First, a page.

Tuesday night’s delayed game against Welling United saw Charlie Sheringham feature in our matchday programme. For those who missed it, here is the full article:
Charlie Sheringham is well-known around these parts. His familiar face has graced the Bericote Powerhouse Princes Park pitch on many occasions, and now he’s back for a fourth spell at the club.
However, life at Dartford hasn’t always been great for the 34-year old striker, especially under the previous management. He believes that his recent departure from the club wasn’t of his own doing, and he felt that his relationship with Alan Dowson’s predecessor was a strange one, “I wasn’t being played at all, and then wasn’t re-signed last summer, so I signed for Chelmsford instead. I really enjoyed playing for their manager, but results were inconsistent because of a very young and naive squad.”
Charlie felt that he did alright in Chelmsford, scoring nine goals in 33 appearances for Robbie Simpson’s side as they finished nineteenth in the National League South.
However, Charlie left at the end of the season and, with no idea where he’d be plying his trade this season, he took his family to Spain for a week during the off-season.
That family includes his partner and young son, Rudie. Three-year old Rudie is, “…fantastic and full of energy! He’s already playing football and never stops running. So, I’m kept on my toes at home because, my partner is expecting our second child, which is due in September.”
After congratulating Charlie on his wonderful news, our conversation continues with family and the rather inevitable question that he must get asked countless times… But, as we approach the subject of his famous father, Charlie immediately puts you at ease with his humility and comfort with talking about his family.
Unless you’ve been living under a rock, you surely must understand that Charlie’s father is Teddy Sheringham. And, he’s had a huge influence on Charlie throughout his life and is, obviously, an inspiration for him. “I’ve been around football all my life, and have travelled all over the place with Dad. Football has been part of my family history since the beginning, and I’ve been to hundreds of games, having been exposed to the sport from an early age.”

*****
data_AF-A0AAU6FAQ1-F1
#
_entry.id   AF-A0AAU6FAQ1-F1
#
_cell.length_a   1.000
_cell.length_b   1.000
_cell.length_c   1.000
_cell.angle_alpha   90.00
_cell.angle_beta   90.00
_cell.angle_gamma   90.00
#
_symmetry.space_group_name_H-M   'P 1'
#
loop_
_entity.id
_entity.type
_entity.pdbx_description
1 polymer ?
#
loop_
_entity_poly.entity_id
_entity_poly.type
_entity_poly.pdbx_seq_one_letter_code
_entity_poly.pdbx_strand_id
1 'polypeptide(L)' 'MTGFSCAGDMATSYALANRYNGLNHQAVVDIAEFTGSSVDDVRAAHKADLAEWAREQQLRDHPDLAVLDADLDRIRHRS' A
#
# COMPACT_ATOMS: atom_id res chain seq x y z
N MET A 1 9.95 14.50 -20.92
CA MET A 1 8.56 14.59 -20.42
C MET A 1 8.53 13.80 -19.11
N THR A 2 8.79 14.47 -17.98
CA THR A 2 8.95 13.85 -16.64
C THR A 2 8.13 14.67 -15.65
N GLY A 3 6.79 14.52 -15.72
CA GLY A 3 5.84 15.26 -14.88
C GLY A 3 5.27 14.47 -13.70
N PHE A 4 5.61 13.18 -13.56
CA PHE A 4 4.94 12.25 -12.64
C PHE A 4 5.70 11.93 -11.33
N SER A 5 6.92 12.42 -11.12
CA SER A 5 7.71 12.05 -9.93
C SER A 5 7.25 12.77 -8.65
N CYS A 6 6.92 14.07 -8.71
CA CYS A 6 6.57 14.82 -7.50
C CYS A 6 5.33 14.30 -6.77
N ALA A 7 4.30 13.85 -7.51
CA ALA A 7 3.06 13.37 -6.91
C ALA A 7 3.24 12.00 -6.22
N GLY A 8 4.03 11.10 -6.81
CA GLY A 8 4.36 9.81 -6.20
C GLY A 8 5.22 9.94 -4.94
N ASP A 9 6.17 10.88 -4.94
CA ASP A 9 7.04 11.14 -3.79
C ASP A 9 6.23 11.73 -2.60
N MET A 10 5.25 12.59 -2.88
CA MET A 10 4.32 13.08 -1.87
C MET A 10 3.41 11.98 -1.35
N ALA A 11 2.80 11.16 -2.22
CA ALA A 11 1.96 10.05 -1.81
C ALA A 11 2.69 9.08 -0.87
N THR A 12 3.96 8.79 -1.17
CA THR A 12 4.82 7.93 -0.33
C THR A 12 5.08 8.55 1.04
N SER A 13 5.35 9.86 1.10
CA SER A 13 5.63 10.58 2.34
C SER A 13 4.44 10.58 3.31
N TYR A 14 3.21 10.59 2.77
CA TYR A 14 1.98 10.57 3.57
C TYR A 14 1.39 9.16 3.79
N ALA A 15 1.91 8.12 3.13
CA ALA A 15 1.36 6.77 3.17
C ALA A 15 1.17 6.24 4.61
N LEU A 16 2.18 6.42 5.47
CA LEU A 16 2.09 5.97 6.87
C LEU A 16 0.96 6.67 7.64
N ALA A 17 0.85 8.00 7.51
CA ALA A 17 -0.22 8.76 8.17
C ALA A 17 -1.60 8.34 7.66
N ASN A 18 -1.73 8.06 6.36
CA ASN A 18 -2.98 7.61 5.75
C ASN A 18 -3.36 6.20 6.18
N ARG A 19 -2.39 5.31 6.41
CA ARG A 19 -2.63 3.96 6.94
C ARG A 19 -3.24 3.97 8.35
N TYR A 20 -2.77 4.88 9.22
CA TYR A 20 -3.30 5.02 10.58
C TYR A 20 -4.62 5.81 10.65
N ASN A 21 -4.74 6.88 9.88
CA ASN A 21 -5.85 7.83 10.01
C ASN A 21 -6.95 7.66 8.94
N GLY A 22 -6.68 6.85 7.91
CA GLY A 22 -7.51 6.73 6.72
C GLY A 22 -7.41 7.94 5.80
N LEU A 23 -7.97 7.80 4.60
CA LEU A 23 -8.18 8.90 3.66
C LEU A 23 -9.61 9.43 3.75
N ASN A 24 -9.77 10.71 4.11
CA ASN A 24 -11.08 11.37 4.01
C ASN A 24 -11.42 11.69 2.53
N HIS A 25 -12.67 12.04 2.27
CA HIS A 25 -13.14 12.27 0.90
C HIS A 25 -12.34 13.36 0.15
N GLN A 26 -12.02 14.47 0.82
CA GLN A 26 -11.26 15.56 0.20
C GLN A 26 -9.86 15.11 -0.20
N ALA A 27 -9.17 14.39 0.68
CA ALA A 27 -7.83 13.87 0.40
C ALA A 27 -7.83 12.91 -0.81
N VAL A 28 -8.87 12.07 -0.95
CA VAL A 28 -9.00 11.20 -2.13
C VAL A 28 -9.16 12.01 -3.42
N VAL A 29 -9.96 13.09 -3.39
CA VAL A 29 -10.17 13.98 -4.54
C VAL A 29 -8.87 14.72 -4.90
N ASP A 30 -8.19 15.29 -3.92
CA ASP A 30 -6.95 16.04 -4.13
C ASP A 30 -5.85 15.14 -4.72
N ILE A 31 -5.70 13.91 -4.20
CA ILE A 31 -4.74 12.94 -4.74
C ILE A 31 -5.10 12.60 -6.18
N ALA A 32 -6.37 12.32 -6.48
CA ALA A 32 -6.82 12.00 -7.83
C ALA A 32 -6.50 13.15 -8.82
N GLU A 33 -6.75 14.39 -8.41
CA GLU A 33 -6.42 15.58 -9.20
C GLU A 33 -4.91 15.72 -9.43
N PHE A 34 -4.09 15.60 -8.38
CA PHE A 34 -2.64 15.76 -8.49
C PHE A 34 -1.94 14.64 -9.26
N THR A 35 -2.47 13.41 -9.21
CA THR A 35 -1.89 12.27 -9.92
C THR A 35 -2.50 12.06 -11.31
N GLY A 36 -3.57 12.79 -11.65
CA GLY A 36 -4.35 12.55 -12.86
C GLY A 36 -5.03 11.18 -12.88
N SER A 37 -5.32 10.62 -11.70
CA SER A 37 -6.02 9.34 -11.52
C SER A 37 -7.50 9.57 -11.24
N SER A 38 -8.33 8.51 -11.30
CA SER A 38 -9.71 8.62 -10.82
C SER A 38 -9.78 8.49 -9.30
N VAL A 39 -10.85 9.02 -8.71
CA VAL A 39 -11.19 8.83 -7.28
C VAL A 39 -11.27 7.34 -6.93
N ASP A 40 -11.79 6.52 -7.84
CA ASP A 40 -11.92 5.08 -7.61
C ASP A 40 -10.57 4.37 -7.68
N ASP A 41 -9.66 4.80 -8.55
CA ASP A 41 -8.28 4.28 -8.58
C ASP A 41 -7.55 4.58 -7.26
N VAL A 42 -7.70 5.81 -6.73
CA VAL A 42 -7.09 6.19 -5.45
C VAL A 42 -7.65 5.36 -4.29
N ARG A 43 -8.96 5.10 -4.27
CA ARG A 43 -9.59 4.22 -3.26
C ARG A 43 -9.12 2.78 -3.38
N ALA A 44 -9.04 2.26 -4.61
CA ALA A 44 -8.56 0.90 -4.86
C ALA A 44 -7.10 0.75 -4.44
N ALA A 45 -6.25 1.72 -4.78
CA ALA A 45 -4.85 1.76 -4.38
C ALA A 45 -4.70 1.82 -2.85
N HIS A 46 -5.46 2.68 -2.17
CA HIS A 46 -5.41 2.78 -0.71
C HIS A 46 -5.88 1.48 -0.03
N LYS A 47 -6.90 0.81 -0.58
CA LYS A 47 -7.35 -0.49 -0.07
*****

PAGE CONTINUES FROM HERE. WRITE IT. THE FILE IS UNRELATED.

“I haven’t felt any pressure from being the son of a successful footballer, because the lifestyle is all I’ve ever known to be honest, so it doesn’t feel any different.” Charlie continues, “There’s nice positives for sure, but there’s also the negatives, such as some people always comparing me to him (Dad).”
Yet, Teddy has been a huge inspiration for his son both on and off the pitch. Charlie has received encouragement and advice throughout his life, and has always looked up to him as a role model.
Having been exposed to the sport at such a young age, it was inevitable that Charlie would find a career within the sport. Yet once again, Charlie’s humility and intelligence comes to the fore… “Unless you’re the next Wayne Rooney, you don’t always know whether a successful career in the sport will materialise. I’ve played for academies, so knew when I was maturing around the age of 18-19 that a career was possible. But, it has been tough. I’m happy with the career I’ve had. I’ve played for many clubs, and have played league football, so I believe that I’ve done alright in the sport.”
What about now? Does Charlie have a life outside of the sport? What are his future ambitions?
“Well, I love this club (Dartford). As soon as they came calling in the summer, I signed. In fact, whenever the club have called me, I’ve always come back! I want to remain fit enough to play, and help us score lots of goals and get promoted to the National League.”
With the sport being his main focus, Charlie foresees a further career within its famous white lines. He’s currently the Head of Football at a private school in North East London. And his career path is definitely taking him down the coaching and management path, “…I have my B Coaching Licence and am currently working on achieving my A Licence.”
He also loves golf and is delighted to say that he currently holds a handicap of six. We enjoy a good laugh over the fact that he’s much better at the sport than club captain, Tom Bonner is!
As our conversation draws to a close, Charlie has one final message for the Dartford supporters, “I really hope we have a successful season and score lots of goals. Let’s cheer on the Darts together!”
By Chris Palmer